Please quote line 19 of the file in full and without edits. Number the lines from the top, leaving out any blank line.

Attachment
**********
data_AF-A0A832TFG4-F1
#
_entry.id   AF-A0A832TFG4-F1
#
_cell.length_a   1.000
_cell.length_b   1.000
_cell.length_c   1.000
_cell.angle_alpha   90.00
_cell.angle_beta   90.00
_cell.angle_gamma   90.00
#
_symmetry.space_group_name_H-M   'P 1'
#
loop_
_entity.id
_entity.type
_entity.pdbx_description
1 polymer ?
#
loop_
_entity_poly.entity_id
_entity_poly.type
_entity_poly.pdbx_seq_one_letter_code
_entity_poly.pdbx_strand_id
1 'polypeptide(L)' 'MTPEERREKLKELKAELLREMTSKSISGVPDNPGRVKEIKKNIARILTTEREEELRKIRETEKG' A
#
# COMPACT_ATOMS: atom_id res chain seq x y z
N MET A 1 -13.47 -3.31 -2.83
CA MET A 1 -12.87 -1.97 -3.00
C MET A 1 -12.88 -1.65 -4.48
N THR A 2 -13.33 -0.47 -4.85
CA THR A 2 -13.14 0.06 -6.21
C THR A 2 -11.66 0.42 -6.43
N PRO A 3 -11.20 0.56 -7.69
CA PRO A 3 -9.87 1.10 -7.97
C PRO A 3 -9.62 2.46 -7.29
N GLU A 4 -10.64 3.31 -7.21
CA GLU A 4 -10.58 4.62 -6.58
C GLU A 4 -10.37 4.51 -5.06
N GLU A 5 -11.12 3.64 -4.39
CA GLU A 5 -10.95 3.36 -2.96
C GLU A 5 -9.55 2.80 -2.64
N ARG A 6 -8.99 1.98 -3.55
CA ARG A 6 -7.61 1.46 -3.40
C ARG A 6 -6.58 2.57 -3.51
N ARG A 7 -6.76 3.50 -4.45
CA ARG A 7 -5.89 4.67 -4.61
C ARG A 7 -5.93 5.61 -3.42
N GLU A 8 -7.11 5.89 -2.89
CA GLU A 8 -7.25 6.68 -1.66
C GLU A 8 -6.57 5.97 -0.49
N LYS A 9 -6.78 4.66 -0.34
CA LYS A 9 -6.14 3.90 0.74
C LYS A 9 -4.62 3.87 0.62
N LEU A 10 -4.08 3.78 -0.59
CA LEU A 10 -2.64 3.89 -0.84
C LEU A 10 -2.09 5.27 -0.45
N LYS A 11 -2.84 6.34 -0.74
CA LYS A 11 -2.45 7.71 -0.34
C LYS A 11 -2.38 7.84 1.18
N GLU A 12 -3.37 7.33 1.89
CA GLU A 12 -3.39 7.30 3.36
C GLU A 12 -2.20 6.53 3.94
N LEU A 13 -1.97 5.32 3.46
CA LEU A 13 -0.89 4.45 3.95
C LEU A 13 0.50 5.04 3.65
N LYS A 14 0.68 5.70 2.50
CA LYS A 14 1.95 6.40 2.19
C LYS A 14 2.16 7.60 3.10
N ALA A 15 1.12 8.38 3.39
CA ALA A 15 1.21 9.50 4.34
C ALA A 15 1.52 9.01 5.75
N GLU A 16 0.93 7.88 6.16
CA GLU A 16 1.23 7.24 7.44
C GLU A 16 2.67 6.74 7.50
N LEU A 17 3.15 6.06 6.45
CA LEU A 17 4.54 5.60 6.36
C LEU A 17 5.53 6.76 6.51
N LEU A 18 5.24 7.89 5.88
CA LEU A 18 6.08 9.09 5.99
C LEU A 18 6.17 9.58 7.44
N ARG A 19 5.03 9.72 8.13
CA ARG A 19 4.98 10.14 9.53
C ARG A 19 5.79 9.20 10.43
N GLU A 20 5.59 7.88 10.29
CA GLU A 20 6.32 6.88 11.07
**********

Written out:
#